E Ben Franklin And Pope Francis

A factoid for today: British author Andrea Wulf, in her book Founding Gardeners,reveals that Ben Franklin was responsible for exporting Scottish seeds so kale could be grown in America. Not just Poor Richard's Almanac, the lightening rod and the Franklin stove, but also kale! The Environmental Protection Agency is under frequent attack by a publisher of something called Poor Richard's.

Actually, Ben Franklin would have like the Pope's environmental encyclical of today against climate change, since the Franklin stove burns wood very efficiently and helps prevent global warming. We have to save God's creation for our children and their children, said the (I think) childless Holy Father who worked as a chemist before becoming a priest.

Pope Francis's global warming encyclical says “the earth, our home, is beginning to look more and more like an immense pile of filth.”

To overcome that, he added: “Nobody is suggesting a return to the Stone Age, bu we do need to slow down and look at reality in a different way, to appropriate the positive and sustainable progress which has been made, but also to recover the values and the great goals swept away by our unrestrained delusions of grandeur.”

Despite having been raised by a consummate diplomat, George H. W. Bush, Jeb Bush, the most prominent Catholic convert in the Republican field, has just put his foot in his mouth, telling Pope Francis to focus on ethics and leave the politicking to pols.

The European Community will hold a meeting of 11 countries to try to determine which transactions will be taxed by which entities to bring on a Financial Transaction Tax, AKA a Tobin tax. The cat comes back.

This is one of the key measures up with which Britain will not put if it is to remain in the European Union.

My newsletter was approached to place an ad for bit gold, which uses gold to make payments, a sort of yellow-metal paypal alternative to bitcoin. I opted not to sign up, despite the charm of the concept, mainly because we already have a gold-linked advertiser, www.bullionvault.com, and I don't want to become type cast as a gold bug. Bitgold's soaring stock trades in Vancouver as V-XAU, another reason I hesitated, as they proposed to pay me in Bitgold if any of you signed up to buy gold or pay my subscription fees in precious metal. It is promoted by Stockhouse which is another factor.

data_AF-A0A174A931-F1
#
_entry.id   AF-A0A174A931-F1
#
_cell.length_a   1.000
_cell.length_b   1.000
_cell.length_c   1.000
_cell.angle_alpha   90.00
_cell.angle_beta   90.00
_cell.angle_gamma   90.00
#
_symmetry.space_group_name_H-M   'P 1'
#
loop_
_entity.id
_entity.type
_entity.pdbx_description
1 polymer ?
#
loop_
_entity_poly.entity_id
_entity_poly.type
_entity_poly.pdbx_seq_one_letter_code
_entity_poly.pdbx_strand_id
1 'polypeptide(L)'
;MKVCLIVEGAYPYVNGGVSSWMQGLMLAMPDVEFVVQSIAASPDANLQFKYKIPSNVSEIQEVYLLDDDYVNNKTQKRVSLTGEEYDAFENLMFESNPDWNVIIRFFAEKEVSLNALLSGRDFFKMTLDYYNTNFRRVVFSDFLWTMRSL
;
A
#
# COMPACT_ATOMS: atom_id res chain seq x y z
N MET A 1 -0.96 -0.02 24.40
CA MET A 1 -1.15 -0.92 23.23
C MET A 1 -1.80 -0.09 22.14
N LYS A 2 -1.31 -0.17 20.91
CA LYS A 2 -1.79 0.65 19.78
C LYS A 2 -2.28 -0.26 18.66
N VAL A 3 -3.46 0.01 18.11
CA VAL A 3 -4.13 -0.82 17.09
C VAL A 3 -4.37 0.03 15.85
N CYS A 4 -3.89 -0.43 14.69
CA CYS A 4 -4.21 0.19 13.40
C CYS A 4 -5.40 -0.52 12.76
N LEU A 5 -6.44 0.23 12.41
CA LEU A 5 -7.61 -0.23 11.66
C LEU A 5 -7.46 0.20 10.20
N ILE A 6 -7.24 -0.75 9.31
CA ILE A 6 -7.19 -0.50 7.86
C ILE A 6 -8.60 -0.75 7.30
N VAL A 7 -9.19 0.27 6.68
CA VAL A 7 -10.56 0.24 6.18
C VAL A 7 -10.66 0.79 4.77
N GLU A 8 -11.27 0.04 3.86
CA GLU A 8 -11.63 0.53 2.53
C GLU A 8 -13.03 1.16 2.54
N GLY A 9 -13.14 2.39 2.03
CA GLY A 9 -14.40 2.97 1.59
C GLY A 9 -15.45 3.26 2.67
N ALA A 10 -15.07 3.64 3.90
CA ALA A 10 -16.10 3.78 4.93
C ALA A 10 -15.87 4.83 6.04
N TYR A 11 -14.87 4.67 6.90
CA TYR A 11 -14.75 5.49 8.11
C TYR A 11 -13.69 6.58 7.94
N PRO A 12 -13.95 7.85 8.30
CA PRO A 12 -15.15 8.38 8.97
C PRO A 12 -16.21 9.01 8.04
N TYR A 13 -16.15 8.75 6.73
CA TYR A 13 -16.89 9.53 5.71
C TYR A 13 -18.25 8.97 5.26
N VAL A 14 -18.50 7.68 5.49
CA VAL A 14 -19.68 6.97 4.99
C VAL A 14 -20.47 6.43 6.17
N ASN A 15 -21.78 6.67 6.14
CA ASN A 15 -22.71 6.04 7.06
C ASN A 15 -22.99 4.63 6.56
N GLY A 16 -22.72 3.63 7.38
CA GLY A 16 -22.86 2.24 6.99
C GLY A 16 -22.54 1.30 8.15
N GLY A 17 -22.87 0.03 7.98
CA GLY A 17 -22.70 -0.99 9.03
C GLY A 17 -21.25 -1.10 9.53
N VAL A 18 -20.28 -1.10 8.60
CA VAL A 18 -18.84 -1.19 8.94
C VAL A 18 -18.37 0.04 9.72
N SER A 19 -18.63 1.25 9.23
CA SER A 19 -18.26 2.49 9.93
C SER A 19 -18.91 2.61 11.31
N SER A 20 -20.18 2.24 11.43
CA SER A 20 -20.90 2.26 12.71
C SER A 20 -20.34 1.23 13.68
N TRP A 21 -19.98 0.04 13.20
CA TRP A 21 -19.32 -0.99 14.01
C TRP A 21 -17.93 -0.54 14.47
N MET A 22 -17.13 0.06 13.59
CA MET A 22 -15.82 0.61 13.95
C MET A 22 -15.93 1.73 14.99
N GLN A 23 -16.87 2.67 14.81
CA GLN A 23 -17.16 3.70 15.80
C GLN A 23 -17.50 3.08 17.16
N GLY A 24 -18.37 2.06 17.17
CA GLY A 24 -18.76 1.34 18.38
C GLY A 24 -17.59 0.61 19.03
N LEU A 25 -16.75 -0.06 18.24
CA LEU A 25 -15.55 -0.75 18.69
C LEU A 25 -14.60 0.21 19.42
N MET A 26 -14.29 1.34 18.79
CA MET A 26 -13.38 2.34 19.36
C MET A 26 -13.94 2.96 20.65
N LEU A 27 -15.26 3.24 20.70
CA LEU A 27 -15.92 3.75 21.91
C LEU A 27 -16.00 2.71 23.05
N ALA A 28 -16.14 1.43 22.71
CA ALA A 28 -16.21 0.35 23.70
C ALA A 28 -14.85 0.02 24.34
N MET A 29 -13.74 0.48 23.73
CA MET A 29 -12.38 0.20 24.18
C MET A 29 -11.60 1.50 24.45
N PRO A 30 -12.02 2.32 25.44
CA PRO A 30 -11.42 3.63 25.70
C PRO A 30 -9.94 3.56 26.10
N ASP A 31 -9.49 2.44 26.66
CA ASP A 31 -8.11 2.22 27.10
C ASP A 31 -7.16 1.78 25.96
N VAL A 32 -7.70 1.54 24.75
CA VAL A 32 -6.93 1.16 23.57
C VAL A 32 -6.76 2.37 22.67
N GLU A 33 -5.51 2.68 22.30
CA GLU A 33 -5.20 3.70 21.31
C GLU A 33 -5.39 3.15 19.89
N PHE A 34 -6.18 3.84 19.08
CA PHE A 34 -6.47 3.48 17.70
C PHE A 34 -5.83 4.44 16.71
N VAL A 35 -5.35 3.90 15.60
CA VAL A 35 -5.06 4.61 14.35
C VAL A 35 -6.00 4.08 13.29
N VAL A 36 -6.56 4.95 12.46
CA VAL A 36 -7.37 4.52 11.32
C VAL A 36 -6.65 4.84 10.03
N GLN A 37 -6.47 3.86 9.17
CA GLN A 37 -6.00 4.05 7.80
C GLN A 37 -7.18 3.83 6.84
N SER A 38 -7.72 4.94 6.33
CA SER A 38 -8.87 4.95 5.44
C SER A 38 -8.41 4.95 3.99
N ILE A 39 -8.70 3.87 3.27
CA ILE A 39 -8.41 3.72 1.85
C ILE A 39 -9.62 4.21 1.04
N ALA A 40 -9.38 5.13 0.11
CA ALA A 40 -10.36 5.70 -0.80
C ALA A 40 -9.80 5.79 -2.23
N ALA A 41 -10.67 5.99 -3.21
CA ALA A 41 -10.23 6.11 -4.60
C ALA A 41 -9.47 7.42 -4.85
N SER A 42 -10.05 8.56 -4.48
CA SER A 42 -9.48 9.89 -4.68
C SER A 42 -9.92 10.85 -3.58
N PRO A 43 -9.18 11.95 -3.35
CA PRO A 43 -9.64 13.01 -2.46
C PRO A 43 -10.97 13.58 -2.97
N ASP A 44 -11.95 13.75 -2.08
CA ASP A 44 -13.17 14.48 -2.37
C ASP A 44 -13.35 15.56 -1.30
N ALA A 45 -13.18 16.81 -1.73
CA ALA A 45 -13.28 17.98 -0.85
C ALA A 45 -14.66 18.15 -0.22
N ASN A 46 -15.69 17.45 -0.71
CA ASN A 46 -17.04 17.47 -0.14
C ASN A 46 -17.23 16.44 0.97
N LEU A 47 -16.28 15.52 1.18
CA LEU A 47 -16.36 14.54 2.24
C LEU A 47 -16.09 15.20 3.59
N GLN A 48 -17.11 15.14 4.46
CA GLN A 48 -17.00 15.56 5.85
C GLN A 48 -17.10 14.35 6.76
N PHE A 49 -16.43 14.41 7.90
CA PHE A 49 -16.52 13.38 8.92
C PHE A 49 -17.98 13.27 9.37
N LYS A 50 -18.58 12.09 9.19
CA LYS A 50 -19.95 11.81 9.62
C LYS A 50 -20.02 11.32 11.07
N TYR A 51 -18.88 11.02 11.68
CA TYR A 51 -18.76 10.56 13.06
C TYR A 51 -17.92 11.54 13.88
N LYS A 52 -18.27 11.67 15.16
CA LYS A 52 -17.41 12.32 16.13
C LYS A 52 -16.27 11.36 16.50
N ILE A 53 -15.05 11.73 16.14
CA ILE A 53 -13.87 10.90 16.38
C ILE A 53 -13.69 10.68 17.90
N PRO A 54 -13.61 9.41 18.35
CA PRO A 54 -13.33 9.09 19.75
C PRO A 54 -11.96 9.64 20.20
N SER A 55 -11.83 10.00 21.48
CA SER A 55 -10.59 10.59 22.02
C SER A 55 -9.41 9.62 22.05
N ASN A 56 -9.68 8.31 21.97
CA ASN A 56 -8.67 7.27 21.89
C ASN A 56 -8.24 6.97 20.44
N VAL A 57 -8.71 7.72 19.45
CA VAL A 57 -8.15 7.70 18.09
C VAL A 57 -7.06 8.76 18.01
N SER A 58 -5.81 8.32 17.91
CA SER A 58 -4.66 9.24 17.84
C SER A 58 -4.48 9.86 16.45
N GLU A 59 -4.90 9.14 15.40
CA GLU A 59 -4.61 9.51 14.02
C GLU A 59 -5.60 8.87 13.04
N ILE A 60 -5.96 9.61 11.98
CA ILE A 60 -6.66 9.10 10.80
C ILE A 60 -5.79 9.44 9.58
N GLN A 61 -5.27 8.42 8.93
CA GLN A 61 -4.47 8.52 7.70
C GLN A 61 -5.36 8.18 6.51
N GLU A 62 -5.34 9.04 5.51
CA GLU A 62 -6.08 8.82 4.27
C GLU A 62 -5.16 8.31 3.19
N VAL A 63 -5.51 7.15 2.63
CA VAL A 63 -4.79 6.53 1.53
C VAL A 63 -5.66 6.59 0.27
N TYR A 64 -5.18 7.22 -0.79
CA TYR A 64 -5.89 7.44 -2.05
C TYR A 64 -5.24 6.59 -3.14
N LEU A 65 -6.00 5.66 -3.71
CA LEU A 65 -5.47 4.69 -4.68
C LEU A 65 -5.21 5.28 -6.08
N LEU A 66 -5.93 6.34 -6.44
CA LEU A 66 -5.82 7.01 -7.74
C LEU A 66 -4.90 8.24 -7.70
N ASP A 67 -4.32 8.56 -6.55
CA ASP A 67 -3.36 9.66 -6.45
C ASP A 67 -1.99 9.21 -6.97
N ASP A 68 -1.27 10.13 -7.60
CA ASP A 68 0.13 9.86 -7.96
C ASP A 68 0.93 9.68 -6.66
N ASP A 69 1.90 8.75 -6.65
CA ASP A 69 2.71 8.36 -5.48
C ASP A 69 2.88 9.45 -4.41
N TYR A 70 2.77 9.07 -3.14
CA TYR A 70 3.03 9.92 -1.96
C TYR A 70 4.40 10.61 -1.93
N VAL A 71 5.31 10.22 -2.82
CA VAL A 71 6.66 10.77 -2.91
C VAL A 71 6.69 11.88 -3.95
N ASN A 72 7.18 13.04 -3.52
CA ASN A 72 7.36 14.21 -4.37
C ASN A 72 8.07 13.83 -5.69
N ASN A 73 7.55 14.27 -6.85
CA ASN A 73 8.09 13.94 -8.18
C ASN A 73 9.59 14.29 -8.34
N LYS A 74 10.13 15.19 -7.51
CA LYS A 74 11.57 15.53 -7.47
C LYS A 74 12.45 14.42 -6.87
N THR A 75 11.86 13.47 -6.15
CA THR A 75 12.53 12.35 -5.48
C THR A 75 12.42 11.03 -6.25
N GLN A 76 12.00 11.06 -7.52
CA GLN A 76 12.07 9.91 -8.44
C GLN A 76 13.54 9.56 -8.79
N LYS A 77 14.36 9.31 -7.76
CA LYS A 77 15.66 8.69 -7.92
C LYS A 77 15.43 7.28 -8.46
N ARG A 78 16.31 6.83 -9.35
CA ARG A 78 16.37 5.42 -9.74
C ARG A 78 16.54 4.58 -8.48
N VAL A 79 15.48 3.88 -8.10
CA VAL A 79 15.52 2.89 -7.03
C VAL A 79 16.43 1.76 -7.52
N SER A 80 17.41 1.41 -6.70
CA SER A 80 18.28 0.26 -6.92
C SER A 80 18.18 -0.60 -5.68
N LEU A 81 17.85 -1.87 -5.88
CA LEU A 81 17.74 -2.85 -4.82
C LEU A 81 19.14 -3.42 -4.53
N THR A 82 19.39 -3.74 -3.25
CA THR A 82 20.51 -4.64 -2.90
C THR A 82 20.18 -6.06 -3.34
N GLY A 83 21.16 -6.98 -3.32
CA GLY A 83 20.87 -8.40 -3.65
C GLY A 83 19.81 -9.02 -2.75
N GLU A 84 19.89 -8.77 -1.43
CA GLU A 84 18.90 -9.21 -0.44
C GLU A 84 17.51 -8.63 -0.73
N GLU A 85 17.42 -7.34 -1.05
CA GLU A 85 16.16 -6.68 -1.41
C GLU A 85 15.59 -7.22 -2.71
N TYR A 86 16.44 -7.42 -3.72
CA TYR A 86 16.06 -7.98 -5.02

Today we have news from Finland, Holland, Taiwan, Hong Kong, Israel, China, Brazil, Colombia, Britain, Belgium, Australia, Germany, and a few other places.

Down Under and Far East News

*T​he​ Financial Times has a complex analysis by commodities editor Neil Hume who says he is “simply” explaining why iron ore prices have risen about 30% since April, to ~$65/metric tonne.

Hume cites analysis that despite weak demand, Chinese steelmakers went on a late buying spree to replenish their stocks. What with tight credit and an uncertain outlook for demand, “they waited until the last moment” to restock for the summer.

That in turn triggered low inventories at Australian mines and export ports. So when the orders suddenly picked up Chinese hedge funds (who knew China has hedge funds?) had to scramble to cover their short positions in derivatives on iron ore. This supported iron ore price levels.

However supplies are now likely to increase as exports pick up, just in time for steel production in China to drop for the winter. Moreover new Australian mines are coming on stream. So the current price level will not stick perhaps creating new problems for companies like Vale.

On the other hand, in London trading after everyone had read the FT Vale rose over 2.5%.

*A factor which Mr Hume did not cite, discussed in our Aberdeen Asia-Pacific Income Fund quarterly report, may also have had a role: the sinking A$ against our US one. The Reserve Bank of Australia, their CB, kept revising downward its exchange-rate target for the level at which its impact on the domestic economy would balance, as the Aussie fell and fell some more last year. Despite falling commodity prices and moderating Chinese growth, the A$ stayed up above the CB's comfort zone. So it chopped interest rates some more to push down the currency. That gave its competitors an edge against VALE, which despite producing its iron ore more cheaply in Brazil, also has to repay its debt denominated in US$s. FAX predicts that “US dollar tailwinds are likely to prevail for longr as monetary policing settings between the two nations diverge.” More cheap A$s is what FAX expects.

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